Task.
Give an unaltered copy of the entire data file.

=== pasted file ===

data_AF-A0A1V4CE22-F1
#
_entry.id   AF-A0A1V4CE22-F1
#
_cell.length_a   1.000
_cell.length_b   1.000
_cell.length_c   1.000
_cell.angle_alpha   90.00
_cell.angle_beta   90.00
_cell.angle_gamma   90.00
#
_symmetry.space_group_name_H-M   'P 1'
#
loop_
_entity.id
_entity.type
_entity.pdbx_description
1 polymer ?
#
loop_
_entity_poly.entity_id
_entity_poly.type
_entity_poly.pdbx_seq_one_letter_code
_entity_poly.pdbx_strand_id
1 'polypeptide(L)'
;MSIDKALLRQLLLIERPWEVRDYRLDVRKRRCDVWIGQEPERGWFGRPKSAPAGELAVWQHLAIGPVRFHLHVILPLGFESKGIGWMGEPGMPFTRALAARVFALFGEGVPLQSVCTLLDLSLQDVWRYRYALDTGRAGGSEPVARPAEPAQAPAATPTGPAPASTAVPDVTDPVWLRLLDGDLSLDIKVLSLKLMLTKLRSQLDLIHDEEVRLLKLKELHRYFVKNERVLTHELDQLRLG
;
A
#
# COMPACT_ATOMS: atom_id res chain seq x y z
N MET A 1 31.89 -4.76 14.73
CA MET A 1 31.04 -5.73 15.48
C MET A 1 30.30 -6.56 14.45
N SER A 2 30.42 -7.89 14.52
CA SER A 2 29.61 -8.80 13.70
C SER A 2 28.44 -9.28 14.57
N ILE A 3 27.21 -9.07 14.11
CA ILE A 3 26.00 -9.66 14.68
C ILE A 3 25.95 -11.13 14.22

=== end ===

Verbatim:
data_AF-A0A1V4CE22-F1
#
_entry.id   AF-A0A1V4CE22-F1
#
_cell.length_a   1.000
_cell.length_b   1.000
_cell.length_c   1.000
_cell.angle_alpha   90.00
_cell.angle_beta   90.00
_cell.angle_gamma   90.00
#
_symmetry.space_group_name_H-M   'P 1'
#
loop_
_entity.id
_entity.type
_entity.pdbx_description
1 polymer ?
#
loop_
_entity_poly.entity_id
_entity_poly.type
_entity_poly.pdbx_seq_one_letter_code
_entity_poly.pdbx_strand_id
1 'polypeptide(L)'
;MSIDKALLRQLLLIERPWEVRDYRLDVRKRRCDVWIGQEPERGWFGRPKSAPAGELAVWQHLAIGPVRFHLHVILPLGFESKGIGWMGEPGMPFTRALAARVFALFGEGVPLQSVCTLLDLSLQDVWRYRYALDTGRAGGSEPVARPAEPAQAPAATPTGPAPASTAVPDVTDPVWLRLLDGDLSLDIKVLSLKLMLTKLRSQLDLIHDEEVRLLKLKELHRYFVKNERVLTHELDQLRLG
;
A
#
# COMPACT_ATOMS: atom_id res chain seq x y z
N MET A 1 31.89 -4.76 14.73
CA MET A 1 31.04 -5.73 15.48
C MET A 1 30.30 -6.56 14.45
N SER A 2 30.42 -7.89 14.52
CA SER A 2 29.61 -8.80 13.70
C SER A 2 28.44 -9.28 14.57
N ILE A 3 27.21 -9.07 14.11
CA ILE A 3 26.00 -9.66 14.68
C ILE A 3 25.95 -11.13 14.22